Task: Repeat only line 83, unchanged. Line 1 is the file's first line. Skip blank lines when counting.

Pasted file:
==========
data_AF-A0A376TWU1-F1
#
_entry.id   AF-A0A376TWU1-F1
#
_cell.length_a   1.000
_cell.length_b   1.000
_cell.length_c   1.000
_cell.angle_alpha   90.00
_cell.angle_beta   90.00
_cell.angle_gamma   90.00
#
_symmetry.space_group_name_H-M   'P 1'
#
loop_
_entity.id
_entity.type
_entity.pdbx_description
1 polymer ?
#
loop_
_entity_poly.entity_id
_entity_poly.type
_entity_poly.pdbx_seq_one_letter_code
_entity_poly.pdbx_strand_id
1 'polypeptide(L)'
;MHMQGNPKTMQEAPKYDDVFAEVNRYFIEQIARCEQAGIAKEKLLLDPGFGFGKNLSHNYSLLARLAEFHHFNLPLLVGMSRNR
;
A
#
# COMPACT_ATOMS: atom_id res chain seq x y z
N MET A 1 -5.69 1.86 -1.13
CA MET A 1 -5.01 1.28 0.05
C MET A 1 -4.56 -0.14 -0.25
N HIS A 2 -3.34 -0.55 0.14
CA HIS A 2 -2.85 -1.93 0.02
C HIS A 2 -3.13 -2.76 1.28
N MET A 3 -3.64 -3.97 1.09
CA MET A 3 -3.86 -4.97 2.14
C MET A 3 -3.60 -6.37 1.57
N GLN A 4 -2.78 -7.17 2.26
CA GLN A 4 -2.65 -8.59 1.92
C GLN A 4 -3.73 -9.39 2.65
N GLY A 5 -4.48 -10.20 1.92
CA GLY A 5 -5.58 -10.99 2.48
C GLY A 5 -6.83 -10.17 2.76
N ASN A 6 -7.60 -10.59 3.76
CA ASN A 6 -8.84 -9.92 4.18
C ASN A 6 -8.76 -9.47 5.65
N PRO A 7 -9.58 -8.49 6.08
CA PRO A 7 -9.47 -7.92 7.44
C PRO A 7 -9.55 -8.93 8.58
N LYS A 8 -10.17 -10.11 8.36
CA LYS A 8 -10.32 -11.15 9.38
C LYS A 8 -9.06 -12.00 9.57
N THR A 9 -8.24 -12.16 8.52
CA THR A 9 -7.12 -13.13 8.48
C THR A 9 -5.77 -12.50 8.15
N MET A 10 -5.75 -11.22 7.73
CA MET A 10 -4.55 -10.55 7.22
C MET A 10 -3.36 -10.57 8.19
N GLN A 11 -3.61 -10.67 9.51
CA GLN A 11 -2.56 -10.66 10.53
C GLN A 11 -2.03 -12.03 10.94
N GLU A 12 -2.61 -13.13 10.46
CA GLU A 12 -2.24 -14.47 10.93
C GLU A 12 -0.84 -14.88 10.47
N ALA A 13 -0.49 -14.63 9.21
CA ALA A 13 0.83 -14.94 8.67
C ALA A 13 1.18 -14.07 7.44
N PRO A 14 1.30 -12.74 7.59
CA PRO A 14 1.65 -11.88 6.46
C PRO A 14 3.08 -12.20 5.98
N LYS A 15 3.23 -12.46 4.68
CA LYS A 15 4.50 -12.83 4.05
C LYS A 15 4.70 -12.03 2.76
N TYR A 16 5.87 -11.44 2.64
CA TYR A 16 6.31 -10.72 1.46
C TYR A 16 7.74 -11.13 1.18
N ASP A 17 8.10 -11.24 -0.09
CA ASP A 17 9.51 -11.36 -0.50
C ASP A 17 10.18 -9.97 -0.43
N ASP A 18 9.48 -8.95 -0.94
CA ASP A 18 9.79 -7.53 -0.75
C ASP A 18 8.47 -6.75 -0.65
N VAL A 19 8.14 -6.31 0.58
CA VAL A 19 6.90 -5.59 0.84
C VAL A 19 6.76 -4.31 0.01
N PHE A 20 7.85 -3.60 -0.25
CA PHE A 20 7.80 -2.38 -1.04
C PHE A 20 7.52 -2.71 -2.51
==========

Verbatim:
CA ASP A 18 9.79 -7.53 -0.75